To answer the call of this climate emergency, we need business to shift from being ‘less negative’ to being ‘for good,’ and to redefine ‘profit’ to include social and environmental benefit.
Do you feel the heat yet? Climate change is no longer an existential threat. From the flooding in the US and Mozambique this year, to the recent report that Canada is warming at twice the rate originally forecast, it has arrived.
Food production and agriculture are devastated globally, 80 percent of insect populations have vanished in the last 10 years, and species extinctions have multiplied at a pace unseen since the death of the dinosaurs.
It’s too late to save those already lost, but there is still time to save humankind and work to restore the natural resources sustaining life on earth.
Here are 6 ways we can influence business to shift towards the necessary positive impacts:
1. Don’t focus on what people think. Focus on what you can help them do.
Can we achieve plastic neutrality?
Learn more from WWF, National Geographic, Valutus and more on efforts to rethink the plastics value chain and strive for plastic neutrality — at SB'20 Long Beach.
Changing what someone thinks can be difficult and time-consuming. Instead of focusing on trying to make people ‘think’ differently, see if you can get them to ‘do’ differently.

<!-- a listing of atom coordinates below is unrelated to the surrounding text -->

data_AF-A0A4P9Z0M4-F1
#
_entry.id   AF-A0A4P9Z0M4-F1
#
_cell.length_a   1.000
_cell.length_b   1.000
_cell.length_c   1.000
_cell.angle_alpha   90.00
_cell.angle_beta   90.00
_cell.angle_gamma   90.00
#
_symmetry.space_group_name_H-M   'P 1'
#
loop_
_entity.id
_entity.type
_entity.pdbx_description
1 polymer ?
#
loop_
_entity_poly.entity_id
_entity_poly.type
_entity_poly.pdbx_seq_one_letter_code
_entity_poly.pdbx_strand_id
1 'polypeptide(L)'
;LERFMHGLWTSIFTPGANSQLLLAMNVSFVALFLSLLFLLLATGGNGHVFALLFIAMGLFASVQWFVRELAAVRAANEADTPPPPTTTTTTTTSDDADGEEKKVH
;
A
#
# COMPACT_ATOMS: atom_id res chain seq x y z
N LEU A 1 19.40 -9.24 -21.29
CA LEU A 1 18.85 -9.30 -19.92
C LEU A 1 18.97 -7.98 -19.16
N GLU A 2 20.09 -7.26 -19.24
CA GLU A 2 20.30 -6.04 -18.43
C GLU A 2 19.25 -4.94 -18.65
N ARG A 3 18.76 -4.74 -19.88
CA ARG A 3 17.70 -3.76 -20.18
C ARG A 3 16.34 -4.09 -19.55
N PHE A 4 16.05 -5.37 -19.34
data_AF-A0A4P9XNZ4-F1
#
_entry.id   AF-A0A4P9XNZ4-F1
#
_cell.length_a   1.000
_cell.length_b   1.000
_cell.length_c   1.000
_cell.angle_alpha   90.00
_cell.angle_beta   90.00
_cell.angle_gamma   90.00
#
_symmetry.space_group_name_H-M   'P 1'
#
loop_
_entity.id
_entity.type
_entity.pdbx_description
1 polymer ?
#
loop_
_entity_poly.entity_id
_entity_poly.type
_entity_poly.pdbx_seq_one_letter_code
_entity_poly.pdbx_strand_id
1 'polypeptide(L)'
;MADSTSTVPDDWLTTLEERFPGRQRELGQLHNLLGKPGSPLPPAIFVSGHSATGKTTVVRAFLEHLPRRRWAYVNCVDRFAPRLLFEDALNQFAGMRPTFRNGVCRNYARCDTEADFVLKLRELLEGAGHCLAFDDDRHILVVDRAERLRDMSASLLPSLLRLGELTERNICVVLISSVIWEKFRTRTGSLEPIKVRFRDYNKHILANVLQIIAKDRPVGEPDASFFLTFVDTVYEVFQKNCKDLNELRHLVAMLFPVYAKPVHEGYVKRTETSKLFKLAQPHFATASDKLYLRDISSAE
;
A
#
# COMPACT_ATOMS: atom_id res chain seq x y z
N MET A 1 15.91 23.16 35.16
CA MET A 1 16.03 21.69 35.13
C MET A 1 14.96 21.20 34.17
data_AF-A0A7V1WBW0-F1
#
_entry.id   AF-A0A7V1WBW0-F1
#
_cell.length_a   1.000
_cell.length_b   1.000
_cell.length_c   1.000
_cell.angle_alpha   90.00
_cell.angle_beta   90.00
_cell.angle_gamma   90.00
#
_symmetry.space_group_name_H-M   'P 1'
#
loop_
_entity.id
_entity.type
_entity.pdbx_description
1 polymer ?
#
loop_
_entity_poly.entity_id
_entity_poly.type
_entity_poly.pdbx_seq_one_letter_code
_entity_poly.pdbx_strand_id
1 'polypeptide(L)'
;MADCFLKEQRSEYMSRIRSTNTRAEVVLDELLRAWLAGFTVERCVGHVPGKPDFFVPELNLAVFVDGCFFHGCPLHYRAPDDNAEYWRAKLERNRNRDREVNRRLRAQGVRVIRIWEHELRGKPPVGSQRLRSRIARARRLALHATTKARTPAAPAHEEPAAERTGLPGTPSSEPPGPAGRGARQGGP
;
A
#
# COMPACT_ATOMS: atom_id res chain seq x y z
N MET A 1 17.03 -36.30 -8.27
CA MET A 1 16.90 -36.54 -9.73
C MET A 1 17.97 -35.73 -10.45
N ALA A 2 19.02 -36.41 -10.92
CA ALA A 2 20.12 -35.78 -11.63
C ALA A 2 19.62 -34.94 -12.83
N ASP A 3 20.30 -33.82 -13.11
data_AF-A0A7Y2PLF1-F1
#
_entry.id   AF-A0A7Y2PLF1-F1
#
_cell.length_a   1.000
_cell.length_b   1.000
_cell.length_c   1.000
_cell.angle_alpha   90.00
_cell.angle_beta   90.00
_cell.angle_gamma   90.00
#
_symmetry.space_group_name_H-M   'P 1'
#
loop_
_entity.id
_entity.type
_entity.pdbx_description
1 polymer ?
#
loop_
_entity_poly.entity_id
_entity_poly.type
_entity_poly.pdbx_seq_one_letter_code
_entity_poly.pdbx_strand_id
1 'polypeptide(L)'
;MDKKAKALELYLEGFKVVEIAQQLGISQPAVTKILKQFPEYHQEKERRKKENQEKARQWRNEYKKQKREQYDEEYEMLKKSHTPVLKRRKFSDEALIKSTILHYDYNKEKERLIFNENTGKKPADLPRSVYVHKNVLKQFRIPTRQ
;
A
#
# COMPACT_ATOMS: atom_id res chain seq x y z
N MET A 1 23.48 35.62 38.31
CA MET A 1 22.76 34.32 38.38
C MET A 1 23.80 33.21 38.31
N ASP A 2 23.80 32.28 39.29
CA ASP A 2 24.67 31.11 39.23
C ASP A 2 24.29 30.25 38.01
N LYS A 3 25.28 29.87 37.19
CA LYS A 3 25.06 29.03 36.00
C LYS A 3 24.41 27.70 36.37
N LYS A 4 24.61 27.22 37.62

For example, when Loop — TerraCycle’s new durable, refillable shopping platform — launches in the United Arab Emirates, it may be under a design message: This is the future of product design.
This design message has the potential to drive a behavior change that supports sustainability in broader terms, as it appeals to an affinity for design and user experience, versus angling for “green” sensibilities.
Meet people where they are and recognize they may choose self-serving activities over ‘doing the right thing.’ Electric cars caught on because of the perception they are more efficient than conventionally powered vehicles, not simply because they offset petroleum consumption.
2. Sustainability needs to stop shaming and start simplifying.
‘Sustainability’ needs to start communicating more like mainstream TV does: in simple and clear
terms, instead of a high-brow, academic program. In the sustainability field, many appreciate that complexity. But we must strip it away, and communicate the problem and its solutions in clear and easy terms for the general public, businesses and governments at large.
Topics such as litter or ocean plastic are easy to understand because they are visual and often elicit an emotional response. But we also cannot shame people into good behavior through negative visuals and guilt. The doom and gloom of beaches covered in trash, animals choking on plastic, and studies on microplastics in tap water are not enough to drive consumers to inaction.
Our sustainability challenges will meet their match through the lens of innovation — an aspect of which is driving ease, convenience and simplicity for sustainability. As a business, what are you doing to simplify sustainability and its solutions to create behaviors that can save the planet?
3. There are no failures. Only lessons.
Don’t let the fear of failure stop you from taking steps towards becoming a more sustainable business and innovating for positive impact. When people tell you “it can’t be done,” lean into your ideas even harder; you can be the first! This is invaluable ammunition for championing circular economy initiatives in business.